Making Spreadable Butter in the Thermomix

Making Spreadable Butter in the Thermomix - Quirky Cooking

 

I love being able to make my own butter and butter spreads! Most bought butter spreads have additives, preservatives and colours in them, and often contain vegetable oils. By using a good quality pure cream to make your own butter, then adding a good quality oil, you can have a delicious butter spread that’s free from all the ‘nasties’ at a fraction of the cost. You’ll get the best savings by buying your cream in bulk. We buy cream in 2 litre bottles from our local biodynamic dairy, and you can often find 2 litre bottles of pure cream in the supermarket also.

With the Thermomix, making butter is a cinch. It usually takes about a minute, maybe two, to change from pure cream into butter and buttermilk. It costs less than buying pre-made butter, and if you make it into a butter spread (adding oil and water and whipping it up), it costs even less! I think most people now know that margarine is not a healthy choice, so this is a good alternative to margarine if you’re wanting something that is spreadable from the fridge. 

This spread works well in most recipes that call for butter – cakes, biscuits, scones, breads… My mum uses extra virgin, cold-pressed olive oil in hers, but some people find the taste too strong. I usually use macadamia oil or high-oleic, organic, cold-pressed sunflower oil. 

Here’s how I make my butter spread in the Thermomix:

Note: You can find fine sea salt for this recipe in my online store here!

 

Making Spreadable Butter in the Thermomix
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Ingredients
  1. 600g pure cream
  2. macadamia oil, olive oil, or high-oleic cold-pressed sunflower oil
  3. filtered water
  4. sea salt/himalayan salt (opt.)
Instructions
  1. Insert the butterfly and measure in the cream.
  2. Whip on speed 4 until it separates into butter and buttermilk. It will start to bump around, so stay near your machine and turn it off after a couple of seconds of 'bumping'. It usually takes only a minute or two, but I have had older cream take up to 5 minutes.
  3. Strain the buttermilk by pouring it through the strainer/rice basket into a bowl. Squeeze the butter well with the spatula (against the side of the bowl) to get out as much of the buttermilk as you can. The buttermilk is lovely to bake with in scones, breads, cakes and pancakes (if you can have dairy), so don't throw it out!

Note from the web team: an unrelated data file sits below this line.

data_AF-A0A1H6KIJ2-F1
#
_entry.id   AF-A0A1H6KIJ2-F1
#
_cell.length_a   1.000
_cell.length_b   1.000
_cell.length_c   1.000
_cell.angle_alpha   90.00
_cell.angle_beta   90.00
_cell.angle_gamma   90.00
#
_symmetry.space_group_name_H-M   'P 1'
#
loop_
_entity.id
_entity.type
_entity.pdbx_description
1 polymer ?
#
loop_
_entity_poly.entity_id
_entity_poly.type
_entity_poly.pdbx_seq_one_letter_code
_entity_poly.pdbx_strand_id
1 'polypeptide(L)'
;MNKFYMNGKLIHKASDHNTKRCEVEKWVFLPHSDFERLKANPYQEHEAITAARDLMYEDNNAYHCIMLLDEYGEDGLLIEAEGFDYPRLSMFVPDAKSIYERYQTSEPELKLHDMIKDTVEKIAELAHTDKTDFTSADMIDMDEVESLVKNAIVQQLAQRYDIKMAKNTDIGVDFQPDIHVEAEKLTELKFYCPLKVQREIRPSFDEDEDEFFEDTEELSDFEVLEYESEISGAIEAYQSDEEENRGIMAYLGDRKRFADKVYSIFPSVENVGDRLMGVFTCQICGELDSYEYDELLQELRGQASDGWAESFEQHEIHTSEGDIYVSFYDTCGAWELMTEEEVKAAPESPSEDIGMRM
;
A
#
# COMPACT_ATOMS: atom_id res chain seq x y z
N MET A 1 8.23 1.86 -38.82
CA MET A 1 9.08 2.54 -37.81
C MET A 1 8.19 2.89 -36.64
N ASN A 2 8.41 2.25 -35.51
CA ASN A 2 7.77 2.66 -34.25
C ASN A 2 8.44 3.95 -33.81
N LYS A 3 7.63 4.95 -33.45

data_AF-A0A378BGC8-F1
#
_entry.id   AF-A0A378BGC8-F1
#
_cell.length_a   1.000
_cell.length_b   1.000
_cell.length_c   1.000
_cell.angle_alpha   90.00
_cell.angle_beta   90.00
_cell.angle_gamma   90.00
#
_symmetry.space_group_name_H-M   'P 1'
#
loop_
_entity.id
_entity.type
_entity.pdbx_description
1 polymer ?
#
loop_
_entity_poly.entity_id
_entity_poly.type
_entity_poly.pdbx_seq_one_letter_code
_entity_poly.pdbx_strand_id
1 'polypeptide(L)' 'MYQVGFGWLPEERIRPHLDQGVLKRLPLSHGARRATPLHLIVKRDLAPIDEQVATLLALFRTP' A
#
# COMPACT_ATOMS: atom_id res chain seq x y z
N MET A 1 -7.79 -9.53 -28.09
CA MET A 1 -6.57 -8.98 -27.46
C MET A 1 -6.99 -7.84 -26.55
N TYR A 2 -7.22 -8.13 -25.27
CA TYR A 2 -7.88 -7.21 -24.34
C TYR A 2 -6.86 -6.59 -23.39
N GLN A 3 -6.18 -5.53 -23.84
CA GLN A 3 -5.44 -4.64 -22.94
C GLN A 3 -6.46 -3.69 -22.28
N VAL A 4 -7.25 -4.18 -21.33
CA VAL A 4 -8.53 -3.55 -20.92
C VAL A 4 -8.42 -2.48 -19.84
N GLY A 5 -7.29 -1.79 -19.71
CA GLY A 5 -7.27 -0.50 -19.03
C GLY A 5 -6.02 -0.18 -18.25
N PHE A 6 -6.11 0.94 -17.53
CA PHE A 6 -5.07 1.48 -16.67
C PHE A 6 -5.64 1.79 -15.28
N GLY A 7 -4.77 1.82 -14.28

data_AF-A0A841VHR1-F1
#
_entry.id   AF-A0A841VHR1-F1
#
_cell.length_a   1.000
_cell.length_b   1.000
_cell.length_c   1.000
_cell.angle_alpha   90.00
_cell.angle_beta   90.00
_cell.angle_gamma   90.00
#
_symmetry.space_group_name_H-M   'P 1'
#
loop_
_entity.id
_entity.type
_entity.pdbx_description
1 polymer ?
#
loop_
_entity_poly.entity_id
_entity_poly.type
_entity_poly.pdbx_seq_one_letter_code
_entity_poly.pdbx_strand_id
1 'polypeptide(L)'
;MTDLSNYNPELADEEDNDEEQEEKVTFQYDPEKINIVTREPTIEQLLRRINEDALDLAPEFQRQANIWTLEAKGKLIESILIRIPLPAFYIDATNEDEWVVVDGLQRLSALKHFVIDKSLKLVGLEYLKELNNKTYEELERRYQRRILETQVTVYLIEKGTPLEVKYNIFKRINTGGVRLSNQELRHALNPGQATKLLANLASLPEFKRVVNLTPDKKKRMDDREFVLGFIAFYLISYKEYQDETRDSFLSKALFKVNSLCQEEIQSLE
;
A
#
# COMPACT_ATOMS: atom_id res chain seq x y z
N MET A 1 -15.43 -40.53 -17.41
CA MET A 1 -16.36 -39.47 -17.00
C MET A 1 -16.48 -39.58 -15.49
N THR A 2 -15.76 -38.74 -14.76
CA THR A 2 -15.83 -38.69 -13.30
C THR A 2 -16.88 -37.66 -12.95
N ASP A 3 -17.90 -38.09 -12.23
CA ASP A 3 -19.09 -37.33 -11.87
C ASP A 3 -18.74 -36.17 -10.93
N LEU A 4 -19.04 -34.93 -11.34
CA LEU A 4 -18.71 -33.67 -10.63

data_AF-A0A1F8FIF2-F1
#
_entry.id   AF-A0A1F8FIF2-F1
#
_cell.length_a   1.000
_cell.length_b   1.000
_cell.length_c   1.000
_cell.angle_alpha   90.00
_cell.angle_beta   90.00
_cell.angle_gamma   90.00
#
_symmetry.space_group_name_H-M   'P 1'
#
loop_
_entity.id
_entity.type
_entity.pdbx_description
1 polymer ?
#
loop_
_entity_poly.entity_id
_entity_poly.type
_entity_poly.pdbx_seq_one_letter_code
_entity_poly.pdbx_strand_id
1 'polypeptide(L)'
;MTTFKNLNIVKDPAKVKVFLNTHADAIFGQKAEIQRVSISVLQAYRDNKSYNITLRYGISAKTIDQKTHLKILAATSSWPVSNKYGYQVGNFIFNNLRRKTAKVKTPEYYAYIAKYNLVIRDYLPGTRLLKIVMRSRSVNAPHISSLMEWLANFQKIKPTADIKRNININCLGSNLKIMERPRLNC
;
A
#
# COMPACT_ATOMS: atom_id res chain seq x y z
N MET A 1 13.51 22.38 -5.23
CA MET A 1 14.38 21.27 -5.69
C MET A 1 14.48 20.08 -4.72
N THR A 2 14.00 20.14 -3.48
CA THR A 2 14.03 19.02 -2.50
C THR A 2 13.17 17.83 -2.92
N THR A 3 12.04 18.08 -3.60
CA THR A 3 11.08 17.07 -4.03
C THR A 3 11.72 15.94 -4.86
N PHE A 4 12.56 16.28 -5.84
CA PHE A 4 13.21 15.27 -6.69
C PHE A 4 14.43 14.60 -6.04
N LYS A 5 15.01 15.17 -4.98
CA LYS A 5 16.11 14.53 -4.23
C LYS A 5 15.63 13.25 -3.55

4. Remove the butterfly from the bowl and pour about 500g icy cold water over the butter. Mix it on speed 4 for a few seconds to rinse it. Strain the water off into the sink, pressing the butter against the side of the bowl with the spatula and pouring through the strainer/rice basket again. The butter needs to be rinsed twice, or until the water is clear (see below). If you leave any buttermilk in the butter, it will turn sour more quickly.
  5. Give the butter a good squeeze to get rid of any remaining water. This can be done with the spatula, squeezing the butter against the side of the bowl; or you can wrap a piece of muslin around the butter and squeeze it; or you can just use your hands.
  6. Now make sure the bowl is empty, and weigh the butter back in so you know how much you have. Then add in that much oil and water.
  7. Eg: If you end up with 300g of butter, add 300g of oil and 300g of water. Also add a little salt if you like. I add a bit less than a teaspoon of salt to this amount of butter, oil and water.
  8. Insert the butterfly, and whip the butter, oil, water and salt on speed 4 for about 20 seconds, or until well combined. Pour into a container (preferably glass) and keep in the fridge.
Quirky Cooking https://quirkycooking.com.au/
Making Spreadable Butter in the Thermomix - Quirky Cooking
Making Spreadable Butter in the Thermomix - Quirky Cooking
Making Spreadable Butter in the Thermomix - Quirky Cooking

This butter spread will last a few weeks if kept refrigerated, and is easy to spread straight from the fridge.

89 thoughts on “Making Spreadable Butter in the Thermomix

  1. Anita says:

    just made the spreadable butter yesterday. As I’ve only had my machine for two days, I bought Dairy Farmers Pure Cream from supermarket as I was keen to try this recipe. It worked exactly as the recipe described. After reading all the other comments I also used 2:1:1 ratio as I thought it best to err on the side of caution and I have to say am really impressed by the results. Thank you so much. Just as a side note, I am struggling a little with the flavours of the oils I have used – not just in this recipe but also in mayonnaise. I used a light olive oil and also tried grape seed oil. I’m not sure if I’m just so used to the taste of the bought products I’ve used over the years or if there are better oils to try. Any tips or suggestions will be happily accepted.